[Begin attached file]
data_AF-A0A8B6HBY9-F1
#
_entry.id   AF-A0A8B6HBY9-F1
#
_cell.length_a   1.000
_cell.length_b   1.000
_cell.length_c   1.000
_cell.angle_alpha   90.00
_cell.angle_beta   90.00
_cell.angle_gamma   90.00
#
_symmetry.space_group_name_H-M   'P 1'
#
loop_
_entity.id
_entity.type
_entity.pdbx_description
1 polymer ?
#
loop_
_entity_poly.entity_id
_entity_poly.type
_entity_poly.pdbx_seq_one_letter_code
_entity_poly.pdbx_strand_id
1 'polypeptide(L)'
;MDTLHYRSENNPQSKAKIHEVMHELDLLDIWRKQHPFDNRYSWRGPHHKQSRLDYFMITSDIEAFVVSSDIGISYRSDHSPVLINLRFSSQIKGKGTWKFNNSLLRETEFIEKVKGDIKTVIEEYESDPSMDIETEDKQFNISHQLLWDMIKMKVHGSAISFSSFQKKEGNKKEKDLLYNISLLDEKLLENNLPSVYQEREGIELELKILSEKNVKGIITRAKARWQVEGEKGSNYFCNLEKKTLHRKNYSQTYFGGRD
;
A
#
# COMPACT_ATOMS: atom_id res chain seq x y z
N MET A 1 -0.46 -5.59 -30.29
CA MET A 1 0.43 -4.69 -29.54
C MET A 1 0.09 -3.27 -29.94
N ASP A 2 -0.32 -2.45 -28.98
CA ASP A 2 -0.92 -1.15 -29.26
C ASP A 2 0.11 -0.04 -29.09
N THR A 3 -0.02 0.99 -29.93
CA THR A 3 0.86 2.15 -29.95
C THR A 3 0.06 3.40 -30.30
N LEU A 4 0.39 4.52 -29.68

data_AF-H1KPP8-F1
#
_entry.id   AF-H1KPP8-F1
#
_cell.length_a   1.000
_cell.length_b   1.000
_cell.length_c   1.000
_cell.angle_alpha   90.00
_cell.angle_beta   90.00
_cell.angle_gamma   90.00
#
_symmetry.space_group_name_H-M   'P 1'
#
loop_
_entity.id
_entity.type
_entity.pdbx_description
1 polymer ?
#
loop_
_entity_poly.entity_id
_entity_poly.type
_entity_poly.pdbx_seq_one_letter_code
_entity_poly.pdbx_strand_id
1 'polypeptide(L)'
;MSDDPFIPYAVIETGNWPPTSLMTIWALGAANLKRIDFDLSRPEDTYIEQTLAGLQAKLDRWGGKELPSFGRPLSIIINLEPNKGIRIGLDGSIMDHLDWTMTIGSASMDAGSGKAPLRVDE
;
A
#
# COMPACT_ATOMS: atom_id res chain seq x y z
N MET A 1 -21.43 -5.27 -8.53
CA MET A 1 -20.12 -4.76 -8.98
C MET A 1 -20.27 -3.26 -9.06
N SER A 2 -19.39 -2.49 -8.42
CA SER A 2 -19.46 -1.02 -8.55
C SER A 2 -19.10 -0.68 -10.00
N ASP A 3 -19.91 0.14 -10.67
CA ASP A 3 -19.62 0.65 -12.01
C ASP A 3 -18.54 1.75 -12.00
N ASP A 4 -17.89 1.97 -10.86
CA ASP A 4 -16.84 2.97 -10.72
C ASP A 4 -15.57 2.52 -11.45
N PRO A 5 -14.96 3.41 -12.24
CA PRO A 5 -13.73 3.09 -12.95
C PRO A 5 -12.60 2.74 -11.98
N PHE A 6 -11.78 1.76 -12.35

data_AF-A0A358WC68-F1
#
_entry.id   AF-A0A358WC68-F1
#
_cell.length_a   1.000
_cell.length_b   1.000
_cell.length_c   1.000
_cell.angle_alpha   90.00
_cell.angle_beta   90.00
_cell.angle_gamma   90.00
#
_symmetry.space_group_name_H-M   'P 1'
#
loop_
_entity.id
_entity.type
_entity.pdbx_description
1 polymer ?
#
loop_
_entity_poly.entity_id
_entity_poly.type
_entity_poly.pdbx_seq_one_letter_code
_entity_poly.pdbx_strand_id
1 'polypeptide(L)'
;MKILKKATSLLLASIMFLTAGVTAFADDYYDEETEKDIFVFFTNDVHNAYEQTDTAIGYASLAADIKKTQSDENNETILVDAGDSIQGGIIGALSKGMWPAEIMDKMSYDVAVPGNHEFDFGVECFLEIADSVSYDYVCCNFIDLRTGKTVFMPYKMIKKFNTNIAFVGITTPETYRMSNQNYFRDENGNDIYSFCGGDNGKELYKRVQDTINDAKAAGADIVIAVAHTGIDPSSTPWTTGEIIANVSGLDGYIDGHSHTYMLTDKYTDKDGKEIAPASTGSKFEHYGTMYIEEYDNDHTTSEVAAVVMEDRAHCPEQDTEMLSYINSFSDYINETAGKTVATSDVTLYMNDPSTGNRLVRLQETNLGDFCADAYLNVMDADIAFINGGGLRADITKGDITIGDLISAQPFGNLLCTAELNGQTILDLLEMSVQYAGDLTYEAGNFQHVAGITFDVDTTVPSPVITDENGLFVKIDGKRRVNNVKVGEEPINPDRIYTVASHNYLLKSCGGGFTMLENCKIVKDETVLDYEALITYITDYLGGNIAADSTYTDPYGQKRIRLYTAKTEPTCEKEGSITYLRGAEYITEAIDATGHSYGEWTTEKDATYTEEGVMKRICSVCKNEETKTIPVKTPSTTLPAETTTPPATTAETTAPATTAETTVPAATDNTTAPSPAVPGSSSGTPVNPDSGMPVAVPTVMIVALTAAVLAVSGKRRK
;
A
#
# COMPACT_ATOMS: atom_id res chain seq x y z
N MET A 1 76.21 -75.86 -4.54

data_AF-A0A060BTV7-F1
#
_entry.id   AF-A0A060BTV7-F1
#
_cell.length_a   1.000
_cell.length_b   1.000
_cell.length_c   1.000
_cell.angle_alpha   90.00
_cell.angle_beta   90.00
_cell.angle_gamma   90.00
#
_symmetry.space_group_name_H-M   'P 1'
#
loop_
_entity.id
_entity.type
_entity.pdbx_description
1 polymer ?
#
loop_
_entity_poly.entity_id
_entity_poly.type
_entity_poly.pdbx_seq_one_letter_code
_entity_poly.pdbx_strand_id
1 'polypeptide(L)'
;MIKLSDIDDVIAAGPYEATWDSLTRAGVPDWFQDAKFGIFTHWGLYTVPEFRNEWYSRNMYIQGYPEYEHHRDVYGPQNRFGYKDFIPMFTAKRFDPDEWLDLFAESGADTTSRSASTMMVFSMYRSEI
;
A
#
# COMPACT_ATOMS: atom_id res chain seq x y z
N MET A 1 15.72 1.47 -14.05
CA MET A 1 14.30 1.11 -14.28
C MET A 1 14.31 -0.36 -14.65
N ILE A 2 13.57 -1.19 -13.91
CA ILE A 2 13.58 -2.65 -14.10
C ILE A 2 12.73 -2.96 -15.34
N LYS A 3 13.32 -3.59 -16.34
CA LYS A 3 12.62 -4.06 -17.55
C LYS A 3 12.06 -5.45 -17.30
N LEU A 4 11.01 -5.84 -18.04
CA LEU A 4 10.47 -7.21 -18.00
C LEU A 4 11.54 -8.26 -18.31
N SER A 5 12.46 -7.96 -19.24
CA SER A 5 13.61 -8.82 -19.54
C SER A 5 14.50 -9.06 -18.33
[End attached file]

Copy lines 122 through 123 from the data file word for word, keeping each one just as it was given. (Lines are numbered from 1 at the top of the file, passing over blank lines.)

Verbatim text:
_cell.length_a   1.000
_cell.length_b   1.000